Hundreds of students chanted “Title IX excuses crime” throughout Virginia Tech’s campus during the Walkout for Survivors Against Sexual Assault on April 30, where protestors asked for reform on sexual assault proceedings and new Title IX at Virginia Tech.
Testimonies of sexual assault survivors — some of which were spoken about for the first time at the walkout — revealed students’ personal interaction with the Title IX office, Cook Counseling Center and other nearby resources. Students voiced concern over university tools and policies like Schiffert Health Center not being able to conduct a Physical Evidence Recovery Kit (PERK) exams.
Rachel Bailey, a sophomore majoring in international business and applied economics and management, and a student advocate against sexual violence, noted that the walkout intended to raise students’ voices as a whole to further change the Title IX process at the rally.
On April 23, Bailey tweeted, “Shoutout to Virginia Tech for finding my rapist not guilty and for putting me on deferred suspension for Self Defense. I’ve never been more disappointed to be a Hokie,” creating a viral message that gained the attention of Juan Pacheco, a junior majoring in psychology, and one of the co-organizers of the walkout.
Pacheco acknowledged there was a “culmination of things” for the walkout taking place with Bailey’s tweet being the catalyst of the movement.
According to the Virginia Tech Office for Equity and Accessibility, there were 214 reports of gender-based violence and sexual harassment involving students in the 2017-2018 academic year. Of the 214 reports filed, 83 incidents occurred on campus and 51 occurred specifically in residence halls. Gender-based harassments consisted of 70 reports while 88 reports were sexual assault.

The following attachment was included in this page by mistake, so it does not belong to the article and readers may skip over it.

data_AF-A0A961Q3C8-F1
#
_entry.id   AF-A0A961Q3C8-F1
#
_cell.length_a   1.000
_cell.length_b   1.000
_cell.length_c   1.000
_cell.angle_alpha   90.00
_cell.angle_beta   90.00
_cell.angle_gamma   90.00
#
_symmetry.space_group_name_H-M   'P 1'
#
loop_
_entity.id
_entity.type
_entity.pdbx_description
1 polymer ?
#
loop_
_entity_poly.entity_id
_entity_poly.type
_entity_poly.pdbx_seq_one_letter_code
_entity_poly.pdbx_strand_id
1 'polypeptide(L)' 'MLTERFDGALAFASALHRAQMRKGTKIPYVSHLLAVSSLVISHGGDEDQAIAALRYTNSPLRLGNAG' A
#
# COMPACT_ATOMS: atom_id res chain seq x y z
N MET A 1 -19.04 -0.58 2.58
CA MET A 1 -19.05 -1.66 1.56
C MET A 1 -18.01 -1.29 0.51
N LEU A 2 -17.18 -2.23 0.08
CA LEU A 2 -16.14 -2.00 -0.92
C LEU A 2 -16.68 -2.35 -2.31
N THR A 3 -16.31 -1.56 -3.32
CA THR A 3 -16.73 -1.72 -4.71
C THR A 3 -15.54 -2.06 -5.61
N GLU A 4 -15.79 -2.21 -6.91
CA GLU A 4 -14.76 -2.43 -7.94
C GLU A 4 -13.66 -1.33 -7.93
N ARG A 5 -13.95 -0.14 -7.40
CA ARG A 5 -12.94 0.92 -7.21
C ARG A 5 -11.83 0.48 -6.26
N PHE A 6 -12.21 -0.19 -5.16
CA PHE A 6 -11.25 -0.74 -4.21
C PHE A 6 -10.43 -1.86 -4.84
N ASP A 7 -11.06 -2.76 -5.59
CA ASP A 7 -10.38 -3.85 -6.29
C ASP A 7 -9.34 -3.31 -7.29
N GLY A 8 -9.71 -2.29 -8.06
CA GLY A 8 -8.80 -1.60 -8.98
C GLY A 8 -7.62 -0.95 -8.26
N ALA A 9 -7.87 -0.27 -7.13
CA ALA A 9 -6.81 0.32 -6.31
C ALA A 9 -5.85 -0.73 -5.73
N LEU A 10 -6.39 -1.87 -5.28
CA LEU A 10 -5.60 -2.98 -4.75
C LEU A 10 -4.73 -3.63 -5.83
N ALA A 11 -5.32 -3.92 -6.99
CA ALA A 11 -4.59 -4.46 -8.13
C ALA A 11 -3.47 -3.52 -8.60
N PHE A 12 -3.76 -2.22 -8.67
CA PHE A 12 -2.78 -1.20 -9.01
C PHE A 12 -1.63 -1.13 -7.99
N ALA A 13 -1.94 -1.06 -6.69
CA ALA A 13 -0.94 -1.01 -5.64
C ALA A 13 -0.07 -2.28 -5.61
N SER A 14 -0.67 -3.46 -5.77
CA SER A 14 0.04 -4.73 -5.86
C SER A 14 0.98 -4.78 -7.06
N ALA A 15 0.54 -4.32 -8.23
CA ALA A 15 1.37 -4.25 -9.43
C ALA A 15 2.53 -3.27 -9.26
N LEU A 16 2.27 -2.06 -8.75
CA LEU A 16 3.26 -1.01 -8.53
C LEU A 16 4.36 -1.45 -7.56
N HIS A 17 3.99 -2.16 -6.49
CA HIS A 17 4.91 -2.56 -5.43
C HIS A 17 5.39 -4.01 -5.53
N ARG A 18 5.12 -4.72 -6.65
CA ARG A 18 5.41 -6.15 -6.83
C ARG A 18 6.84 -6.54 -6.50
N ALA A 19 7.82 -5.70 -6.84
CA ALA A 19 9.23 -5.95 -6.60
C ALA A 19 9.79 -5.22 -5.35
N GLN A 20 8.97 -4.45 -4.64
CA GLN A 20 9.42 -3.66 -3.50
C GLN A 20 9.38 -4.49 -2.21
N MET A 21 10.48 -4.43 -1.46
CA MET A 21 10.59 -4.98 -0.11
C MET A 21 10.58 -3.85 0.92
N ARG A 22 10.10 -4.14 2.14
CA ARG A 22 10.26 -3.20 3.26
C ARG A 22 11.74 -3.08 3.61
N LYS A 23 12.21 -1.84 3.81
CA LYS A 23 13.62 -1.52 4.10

Predominant challenges victims face in finding their alleged assailant guilty is little or insufficient physical evidence during the trials. Additionally, many cases do not proceed following questioning based on the discretion of the Title IX Advisory Group arranged by the Title IX coordinator. These cases are referred to as inquiry-only resolutions which consist of the 23% of reports received in 2017-2018. Long durations of time and demanding hours required for dealing with cases of sexual violence drain alleged victims. Many of them take months before a resolution is reached.
“We can’t be desensitized to this because the more we become desensitized the more the epidemic is going to spread silently,” Pacheco said.
A paper trail marked the walkout’s path exposing campus-wide emails of reported sexual assault. Students began the march from War Memorial Chapel and concluded at North End Center where the Office for Equity and Accessibility, which houses the Title IX programs, is located.
A list of demands were directed toward the Title IX office on behalf of Pacheco and his co-organizer Sabrina Ahmad, a sophomore majoring in psychology and neuroscience. These demands included eliminating all punishment, drinking education courses and reflective essays for individuals reporting a sexual assault; providing Title IX faculty and staff with better training; conducting an independent investigative review of Title IX and Student Conduct; publishing said independent investigative reviews; holding a sexual assault education information session for all incoming freshman at summer orientation; and denying of delay of case hearings for later times.
Virginia Tech President Tim Sands made a statement that read, “while we are making progress in some areas, we continue to be concerned that only a small fraction of sexual assault cases are reported, and the maze of regulations and legal restrictions is becoming more complicated and difficult for survivors to navigate.”